The Indonesian Election: Implications for the UK

The third time has proven to be a charm for Prabowo Subianto. After failed presidential runs in 2014 and 2019, the controversial former military general has successfully transformed his image from a fiery nationalist to a softer grandfatherly figure. As of February 14th, he is the presumptive next president of Indonesia, even if results are only certified in a month’s time. 

Prabowo’s past is murky and controversial. Due to alleged human rights abuses conducted under Indonesia’s dictatorship period, Prabowo was expelled from the army and until recently barred from entering the United States. This election’s context was unique given that the outgoing two-term president Joko Widodo, better known as Jokowi, remains hugely popular in Indonesia. His implicit backing certainly helped Prabowo’s chances of election; with Prabowo positioning himself as Jokowi’s continuity candidate.

Jokowi’s backing is also evident in Prabowo’s choice of running mate; the now presumptive vice-president being Gibran, Jokowi’s eldest son. Democratic norms were skewed for this vice-presidential choice as Indonesia’s constitution specifies candidates must be over 40 years old, while Gibran is 36. A contentious constitutional ruling handily allowed Gibran to present himself, from a court headed by none other than Jokowi’s brother-in-law. All this paints a rather difficult picture about the health of Indonesian democracy in this election cycle, even if broad principles have generally been upheld.

The mantle and responsibility of the presidential office in Indonesia is as enormous as the country itself; from east to west Indonesia stretches a distance roughly equivalent to the distance between the United Kingdom and Afghanistan. As the world’s third largest democracy and the world’s largest majority-Muslim country, the stakes are high. Indonesia has the largest population in South-East Asia, is a rapidly growing G20 economy, and is both an active player and subject in the growing US-China competition.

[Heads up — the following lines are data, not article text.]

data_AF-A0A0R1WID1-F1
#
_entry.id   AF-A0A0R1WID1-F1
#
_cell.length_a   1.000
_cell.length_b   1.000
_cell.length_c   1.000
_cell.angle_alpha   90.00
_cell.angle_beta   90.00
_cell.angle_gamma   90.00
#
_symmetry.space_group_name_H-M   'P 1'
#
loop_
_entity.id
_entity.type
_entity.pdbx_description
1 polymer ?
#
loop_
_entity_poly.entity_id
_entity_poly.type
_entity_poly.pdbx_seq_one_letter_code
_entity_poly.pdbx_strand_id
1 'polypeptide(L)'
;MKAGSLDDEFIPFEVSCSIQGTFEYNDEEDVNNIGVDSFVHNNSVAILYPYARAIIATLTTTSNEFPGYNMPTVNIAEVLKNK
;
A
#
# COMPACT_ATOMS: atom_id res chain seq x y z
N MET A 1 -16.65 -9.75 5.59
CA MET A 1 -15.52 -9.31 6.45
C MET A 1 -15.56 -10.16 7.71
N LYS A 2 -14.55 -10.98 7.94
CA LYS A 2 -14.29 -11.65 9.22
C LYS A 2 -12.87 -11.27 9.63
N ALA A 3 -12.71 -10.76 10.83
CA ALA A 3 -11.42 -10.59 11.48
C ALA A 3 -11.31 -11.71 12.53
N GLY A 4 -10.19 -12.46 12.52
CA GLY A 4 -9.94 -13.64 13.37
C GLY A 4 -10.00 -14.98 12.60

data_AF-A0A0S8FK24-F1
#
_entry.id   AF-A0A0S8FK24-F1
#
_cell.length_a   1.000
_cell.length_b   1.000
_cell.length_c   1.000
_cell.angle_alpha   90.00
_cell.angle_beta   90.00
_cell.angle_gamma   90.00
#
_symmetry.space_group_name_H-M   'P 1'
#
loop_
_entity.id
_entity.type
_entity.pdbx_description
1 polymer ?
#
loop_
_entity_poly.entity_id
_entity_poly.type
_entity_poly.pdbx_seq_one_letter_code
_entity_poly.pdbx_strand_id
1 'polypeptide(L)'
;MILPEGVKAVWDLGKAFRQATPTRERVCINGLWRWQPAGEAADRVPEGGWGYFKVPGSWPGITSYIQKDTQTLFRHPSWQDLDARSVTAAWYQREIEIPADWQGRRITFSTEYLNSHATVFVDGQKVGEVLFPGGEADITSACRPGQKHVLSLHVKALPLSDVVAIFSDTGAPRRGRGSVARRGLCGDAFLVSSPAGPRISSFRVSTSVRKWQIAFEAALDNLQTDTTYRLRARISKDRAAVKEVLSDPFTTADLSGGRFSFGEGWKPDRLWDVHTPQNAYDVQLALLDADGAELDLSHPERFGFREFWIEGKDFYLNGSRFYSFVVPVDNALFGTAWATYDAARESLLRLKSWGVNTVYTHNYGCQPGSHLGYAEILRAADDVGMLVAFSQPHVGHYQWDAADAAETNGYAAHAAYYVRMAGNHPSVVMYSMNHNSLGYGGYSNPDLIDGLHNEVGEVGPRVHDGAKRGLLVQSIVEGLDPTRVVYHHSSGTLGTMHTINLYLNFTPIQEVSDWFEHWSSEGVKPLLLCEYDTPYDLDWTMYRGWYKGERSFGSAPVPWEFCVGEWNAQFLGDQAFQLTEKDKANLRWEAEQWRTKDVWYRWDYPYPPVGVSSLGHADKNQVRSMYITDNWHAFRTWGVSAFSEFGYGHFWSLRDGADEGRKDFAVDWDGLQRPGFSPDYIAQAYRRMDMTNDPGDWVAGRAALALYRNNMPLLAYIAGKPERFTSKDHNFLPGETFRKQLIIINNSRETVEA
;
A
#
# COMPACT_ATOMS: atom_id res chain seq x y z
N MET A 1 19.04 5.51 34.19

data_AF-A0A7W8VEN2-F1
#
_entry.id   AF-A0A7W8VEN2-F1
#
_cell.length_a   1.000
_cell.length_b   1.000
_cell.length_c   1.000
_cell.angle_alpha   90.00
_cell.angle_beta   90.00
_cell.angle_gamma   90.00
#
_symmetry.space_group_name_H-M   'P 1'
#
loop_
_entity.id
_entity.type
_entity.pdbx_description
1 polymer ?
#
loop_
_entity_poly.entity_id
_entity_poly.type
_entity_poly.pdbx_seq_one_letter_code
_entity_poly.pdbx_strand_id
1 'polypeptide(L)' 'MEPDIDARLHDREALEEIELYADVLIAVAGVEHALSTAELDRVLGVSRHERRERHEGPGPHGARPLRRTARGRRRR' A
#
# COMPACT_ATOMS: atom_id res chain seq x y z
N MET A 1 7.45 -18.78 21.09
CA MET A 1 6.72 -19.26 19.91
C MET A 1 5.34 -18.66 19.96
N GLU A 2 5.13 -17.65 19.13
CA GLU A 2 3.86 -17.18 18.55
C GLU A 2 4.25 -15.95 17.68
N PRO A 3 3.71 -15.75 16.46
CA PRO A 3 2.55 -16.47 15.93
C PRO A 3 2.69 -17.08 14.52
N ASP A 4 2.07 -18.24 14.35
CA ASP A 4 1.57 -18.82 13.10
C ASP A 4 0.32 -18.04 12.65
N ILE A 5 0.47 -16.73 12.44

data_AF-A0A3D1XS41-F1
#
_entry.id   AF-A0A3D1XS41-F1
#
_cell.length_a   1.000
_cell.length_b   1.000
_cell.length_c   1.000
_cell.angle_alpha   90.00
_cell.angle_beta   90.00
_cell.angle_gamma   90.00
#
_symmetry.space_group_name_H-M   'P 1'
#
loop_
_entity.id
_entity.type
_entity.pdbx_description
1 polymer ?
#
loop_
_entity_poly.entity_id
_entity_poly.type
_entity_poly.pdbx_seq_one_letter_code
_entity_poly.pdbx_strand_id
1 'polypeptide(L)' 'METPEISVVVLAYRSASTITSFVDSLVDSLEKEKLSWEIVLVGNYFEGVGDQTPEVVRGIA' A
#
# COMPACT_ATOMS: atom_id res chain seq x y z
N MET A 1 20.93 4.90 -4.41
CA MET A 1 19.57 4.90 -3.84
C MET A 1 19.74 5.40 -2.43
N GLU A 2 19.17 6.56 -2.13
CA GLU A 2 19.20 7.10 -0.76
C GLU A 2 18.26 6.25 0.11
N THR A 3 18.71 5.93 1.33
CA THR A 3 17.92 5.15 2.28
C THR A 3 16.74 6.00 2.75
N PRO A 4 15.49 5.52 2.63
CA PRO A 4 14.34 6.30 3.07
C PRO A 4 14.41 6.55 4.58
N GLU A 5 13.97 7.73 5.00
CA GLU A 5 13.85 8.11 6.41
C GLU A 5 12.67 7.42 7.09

What does all of this mean for the UK?

The 2023 Integrated Review Refresh named the Indo-Pacific as a key geographic priority, having ‘delivered’ the original ambition for a tilt and now pushing for “long-term strategic footing”. Developments in the Indo-Pacific, in which Indonesia is an important player, have an outsized impact on the global economy, supply chains, and strategic stability. An agreement negotiated in 2022 by then-Foreign Secretary Liz Truss defines the relationship between the UK and Indonesia as a ‘strategic partnership’, and there are a number of factors to consider when exploring the future of this partnership.

The first is how Prabowo will conduct his foreign policy. While on the domestic front he announces a continuation of the outgoing Jokowi’s policies, internationally Prabowo will likely take a broader view of the world beyond Indonesia. Indonesia’s traditionally independent and non-aligned foreign policy will continue, albeit with an unpredictable edge brought by Prabowo. The key domain will likely be in the Association of Southeast Asian Nations (ASEAN), where Indonesia traditionally holds a leading role, but one which has been neglected in recent years by the domestically-focused Jokowi administration. As ASEAN continues to face a succession of regional tensions, from overlapping claims in the South China Sea, to the civil war in Myanmar, Indonesia under Prabowo has the potential to take a more active role in regional security affairs. 

A potentially more active foreign policy role for Indonesia will likely impact the UK’s engagement with Indonesia and the broader Indo-Pacific. This comes with the possibility of greater UK-Indonesia defence cooperation, at a time when the UK, and Western allies, are desperately searching for partners in the region and opportunities to strengthen their own defensive capabilities.